3.       Is it a Southern trait to address one by their middle name? No, that is not necessarily true. My Dad addressed my sister and myself that way because he dislikes nicknames. My Dad liked to hear me addressed as “Pat” even less than I do (with all due respect to my colleague).

4.       Can you please provide your FULL name (this came up frequently after 1984)? P Shane McAfee IS my full name. Obviously, since the license debacle of 2007, this is a tougher one to argue.

5.       If Shane is your middle name, what is your REAL name? My parents placed my middle name on my birth certificate. Therefore, it is legally as real as my first name.

6.       Why don’t you just legally change your name or just have yourself addressed by your first name? That one is simple. I do not wish to do so. I am sorry if my preferred form of address does not meet your approval. However, there are few things in this world where I can exercise my own prerogative and expect the rest of the world to just “deal with it”. Let me just say that, as a man who is American by birth and Southern by the grace of God, my name IS one of those things.

In closing, I’d like to list the names of some famous people who are addressed by their middle name. Please, feel free to research and verify. The following famous people are “middle namers”: Marie Osmond, Sean Connery, Clark Gable, Lou Gehrig, Steve McQueen, Paul McCartney, Brad Pitt, Reese Witherspoon, and Garth Brooks . I’d say I am standing in some pretty tall cotton given that list. Thank you for indulging my cathartic blog. You can call me “touchy”. You can call me a smart-aleck. But, if you expect me to turn around, call me Shane.

Let’s Loosen Our Grip on Reality

On Tuesday, July 1st 1941, the TV airwaves of America were treated to the first game show: “Truth or Consequences” with host Ralph Edwards. The game show format (which lived in radio prior to the advent of television) offered viewers a very different type of entertainment. Viewers were allowed to see people who were not celebrities and not (necessarily) professional athletes compete for a prize. The competitors were real people in real, unscripted situations.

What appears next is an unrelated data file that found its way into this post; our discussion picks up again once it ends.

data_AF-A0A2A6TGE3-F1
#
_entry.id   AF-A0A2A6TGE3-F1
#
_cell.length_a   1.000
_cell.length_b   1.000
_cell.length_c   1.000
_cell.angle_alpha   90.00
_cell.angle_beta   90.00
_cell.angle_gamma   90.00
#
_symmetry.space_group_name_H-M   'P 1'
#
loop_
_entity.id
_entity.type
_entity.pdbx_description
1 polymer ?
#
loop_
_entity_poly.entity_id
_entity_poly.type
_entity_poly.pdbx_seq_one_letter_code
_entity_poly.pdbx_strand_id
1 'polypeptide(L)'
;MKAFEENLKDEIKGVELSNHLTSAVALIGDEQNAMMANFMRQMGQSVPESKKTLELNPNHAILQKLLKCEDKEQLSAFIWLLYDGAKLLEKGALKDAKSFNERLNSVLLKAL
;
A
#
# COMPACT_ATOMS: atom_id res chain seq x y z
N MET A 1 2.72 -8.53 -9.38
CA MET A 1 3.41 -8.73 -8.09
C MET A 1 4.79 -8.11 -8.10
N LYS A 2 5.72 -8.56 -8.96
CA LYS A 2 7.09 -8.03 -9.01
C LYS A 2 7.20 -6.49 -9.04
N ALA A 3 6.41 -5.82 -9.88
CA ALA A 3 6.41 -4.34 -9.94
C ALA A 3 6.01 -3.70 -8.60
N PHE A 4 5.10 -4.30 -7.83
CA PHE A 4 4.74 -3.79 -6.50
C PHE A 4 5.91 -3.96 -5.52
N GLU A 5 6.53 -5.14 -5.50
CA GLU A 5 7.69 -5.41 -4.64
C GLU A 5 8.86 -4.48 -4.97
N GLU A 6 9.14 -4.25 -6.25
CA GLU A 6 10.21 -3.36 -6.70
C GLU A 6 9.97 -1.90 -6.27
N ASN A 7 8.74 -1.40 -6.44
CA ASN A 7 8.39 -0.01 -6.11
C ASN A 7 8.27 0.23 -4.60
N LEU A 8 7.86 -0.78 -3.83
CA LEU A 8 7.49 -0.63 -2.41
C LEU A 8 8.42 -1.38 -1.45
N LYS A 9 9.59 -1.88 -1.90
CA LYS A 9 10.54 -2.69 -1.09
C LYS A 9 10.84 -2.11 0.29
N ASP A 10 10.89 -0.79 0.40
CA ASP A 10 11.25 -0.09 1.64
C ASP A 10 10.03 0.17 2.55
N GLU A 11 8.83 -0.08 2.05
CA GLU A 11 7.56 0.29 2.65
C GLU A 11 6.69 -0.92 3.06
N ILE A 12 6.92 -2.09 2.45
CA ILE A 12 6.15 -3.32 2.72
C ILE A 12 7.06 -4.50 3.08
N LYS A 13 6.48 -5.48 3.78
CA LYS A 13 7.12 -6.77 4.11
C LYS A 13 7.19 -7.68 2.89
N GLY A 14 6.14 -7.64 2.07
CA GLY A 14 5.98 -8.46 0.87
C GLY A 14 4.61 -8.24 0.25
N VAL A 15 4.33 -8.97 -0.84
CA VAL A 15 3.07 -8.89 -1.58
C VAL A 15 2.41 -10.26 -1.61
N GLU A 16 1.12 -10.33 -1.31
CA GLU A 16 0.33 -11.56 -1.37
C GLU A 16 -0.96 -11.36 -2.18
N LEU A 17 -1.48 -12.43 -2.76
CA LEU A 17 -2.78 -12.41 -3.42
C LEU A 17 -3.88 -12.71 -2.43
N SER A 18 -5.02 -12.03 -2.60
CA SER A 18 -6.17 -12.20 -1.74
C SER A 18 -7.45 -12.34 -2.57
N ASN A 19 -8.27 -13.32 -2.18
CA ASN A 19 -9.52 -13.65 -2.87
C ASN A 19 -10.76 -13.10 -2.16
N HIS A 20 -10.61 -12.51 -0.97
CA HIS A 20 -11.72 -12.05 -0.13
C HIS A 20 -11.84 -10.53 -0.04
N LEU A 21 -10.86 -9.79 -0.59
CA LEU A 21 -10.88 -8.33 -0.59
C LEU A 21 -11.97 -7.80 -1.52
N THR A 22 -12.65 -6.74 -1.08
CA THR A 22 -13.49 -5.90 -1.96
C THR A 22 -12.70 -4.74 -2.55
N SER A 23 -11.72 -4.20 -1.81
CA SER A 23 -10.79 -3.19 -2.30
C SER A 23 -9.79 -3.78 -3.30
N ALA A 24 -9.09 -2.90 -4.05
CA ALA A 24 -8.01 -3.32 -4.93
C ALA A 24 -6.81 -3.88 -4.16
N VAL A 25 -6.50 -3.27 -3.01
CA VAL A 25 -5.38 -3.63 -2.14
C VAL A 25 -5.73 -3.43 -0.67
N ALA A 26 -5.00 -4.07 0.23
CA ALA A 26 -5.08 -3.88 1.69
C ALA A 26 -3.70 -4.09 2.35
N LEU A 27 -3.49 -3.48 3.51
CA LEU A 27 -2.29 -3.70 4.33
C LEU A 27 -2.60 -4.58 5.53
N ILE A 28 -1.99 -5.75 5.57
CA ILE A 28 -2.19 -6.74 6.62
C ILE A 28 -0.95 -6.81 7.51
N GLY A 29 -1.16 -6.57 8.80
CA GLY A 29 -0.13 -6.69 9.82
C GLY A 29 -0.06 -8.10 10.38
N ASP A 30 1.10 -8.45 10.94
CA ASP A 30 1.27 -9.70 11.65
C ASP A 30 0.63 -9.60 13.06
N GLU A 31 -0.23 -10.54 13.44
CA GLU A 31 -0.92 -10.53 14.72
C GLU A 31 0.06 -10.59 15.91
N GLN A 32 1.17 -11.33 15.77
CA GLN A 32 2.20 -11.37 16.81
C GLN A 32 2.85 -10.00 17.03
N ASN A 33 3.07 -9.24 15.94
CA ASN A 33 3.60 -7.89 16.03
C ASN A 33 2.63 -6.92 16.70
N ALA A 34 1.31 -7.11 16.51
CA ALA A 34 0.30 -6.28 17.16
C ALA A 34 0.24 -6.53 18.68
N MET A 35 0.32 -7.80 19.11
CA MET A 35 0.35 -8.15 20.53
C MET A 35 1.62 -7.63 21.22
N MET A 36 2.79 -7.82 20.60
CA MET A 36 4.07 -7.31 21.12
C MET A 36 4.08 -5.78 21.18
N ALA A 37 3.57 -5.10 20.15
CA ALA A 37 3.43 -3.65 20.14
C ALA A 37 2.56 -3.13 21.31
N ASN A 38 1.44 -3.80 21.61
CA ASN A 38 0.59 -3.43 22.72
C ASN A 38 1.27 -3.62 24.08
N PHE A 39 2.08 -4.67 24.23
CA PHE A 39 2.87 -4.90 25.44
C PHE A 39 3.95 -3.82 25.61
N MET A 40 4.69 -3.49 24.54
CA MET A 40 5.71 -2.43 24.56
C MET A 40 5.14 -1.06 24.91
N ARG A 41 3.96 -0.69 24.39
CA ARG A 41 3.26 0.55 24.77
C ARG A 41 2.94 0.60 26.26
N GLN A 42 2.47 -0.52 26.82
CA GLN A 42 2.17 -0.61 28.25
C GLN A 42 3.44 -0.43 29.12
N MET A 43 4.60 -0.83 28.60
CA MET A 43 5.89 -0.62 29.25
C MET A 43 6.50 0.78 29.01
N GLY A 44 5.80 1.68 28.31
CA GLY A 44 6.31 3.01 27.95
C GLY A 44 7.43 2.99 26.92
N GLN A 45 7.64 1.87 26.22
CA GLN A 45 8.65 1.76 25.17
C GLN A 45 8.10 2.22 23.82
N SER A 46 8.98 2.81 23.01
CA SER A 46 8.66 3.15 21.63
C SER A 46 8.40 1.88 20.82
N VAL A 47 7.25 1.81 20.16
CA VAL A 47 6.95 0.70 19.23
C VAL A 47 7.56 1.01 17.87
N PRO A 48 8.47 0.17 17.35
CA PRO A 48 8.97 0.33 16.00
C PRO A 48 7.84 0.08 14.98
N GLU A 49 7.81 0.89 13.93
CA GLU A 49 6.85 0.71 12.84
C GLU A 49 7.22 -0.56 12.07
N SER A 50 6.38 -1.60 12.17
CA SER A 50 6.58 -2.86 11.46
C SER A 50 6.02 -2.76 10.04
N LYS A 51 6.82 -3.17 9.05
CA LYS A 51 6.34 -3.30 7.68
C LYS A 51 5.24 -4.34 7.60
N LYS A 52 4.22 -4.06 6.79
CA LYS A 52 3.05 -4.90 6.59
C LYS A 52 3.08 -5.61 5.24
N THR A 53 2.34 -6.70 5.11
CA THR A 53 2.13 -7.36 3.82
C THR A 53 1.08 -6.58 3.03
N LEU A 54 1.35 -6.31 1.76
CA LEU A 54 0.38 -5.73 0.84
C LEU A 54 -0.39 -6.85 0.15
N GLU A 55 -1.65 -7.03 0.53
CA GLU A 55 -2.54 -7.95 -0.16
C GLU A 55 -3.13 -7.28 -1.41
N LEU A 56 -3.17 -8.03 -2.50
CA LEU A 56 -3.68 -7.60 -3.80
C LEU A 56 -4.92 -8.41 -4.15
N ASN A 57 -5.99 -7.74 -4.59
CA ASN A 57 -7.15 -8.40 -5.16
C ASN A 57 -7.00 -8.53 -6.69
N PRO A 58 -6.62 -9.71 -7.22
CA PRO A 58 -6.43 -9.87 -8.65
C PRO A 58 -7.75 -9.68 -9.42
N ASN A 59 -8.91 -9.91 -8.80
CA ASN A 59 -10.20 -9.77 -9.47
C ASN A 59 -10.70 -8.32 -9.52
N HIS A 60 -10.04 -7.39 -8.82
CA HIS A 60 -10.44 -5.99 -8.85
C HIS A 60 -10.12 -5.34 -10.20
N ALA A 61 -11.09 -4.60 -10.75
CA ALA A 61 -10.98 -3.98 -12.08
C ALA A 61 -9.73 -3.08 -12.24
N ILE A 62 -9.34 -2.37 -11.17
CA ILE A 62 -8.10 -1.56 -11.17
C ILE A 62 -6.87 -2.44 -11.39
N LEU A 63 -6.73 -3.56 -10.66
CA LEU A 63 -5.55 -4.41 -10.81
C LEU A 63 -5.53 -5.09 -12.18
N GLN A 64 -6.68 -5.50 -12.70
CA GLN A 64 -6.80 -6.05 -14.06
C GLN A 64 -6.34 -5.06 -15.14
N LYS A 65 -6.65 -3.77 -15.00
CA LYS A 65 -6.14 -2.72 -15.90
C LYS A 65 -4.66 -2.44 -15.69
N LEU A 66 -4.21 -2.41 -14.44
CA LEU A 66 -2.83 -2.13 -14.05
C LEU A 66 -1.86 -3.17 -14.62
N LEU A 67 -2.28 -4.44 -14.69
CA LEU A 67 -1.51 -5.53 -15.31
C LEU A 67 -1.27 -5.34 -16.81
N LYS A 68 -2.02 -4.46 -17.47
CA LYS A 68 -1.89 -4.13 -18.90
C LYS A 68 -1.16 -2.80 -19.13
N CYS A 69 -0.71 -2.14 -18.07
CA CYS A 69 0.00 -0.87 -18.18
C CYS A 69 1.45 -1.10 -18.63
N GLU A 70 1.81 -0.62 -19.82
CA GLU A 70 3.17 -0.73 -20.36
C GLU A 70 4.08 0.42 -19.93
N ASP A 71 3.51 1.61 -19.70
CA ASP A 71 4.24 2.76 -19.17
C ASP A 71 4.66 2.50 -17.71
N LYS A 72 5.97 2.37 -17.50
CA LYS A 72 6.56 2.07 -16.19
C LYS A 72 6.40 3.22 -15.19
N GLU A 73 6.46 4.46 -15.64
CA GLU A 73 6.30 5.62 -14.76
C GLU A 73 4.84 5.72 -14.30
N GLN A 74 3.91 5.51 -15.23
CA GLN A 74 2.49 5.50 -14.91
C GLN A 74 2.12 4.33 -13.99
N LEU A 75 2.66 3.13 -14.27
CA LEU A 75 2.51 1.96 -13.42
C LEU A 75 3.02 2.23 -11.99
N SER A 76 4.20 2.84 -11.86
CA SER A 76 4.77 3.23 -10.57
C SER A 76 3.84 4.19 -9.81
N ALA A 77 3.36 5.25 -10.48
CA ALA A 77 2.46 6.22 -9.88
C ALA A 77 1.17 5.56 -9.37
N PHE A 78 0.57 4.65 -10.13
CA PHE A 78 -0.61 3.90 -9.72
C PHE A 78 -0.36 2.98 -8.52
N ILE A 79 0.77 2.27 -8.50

In the nearly 70 years that have passed as of this writing, the viewing public has witnessed people guessing prices, answering quizzes, and performing feats within an allotted time period. Competitors have won prizes ranging from cash awards to paid vacations to new vehicles. Some game show winners have even gone on to become celebrities in their own right. After all, nothing says role model like a man who can toss 50 porcelain plates through a bull’s-eye target in less than 60 seconds while the “Sabre Dance” is blasting in the background.

Sadly, the American public has been subjected to a sub-genre of television entertainment that threatens to insult one’s intelligent and morph one’s mind to a mound of mush: reality TV. All any viewer has to do turn the dial (or rather “surf the schedule menu”) and be treated to any one of the following reality TV premises:

  1. People living together on camera 24 hours a day/7 days a week (condensed for allotted TV time slots). This could be taking place in an apartment, an incommunicado house, a drug rehabilitation center, or a deserted island (not including the sound and camera crews). Some of these shows award prizes. Some do not. Nonetheless, people from all over the world will submit videos for the opportunity for viewers to see them at their absolute worst.
  2. Singers, actors, former child stars, or athletes allowing viewers into their world so that viewers can remove any doubt about their self-absorbed narcissism. To be fair, some of these celebrities actually want to be seen as “down to earth” as they feed caviar to their French poodle while sitting poolside at their multi-million dollar Beverly Hills mansion.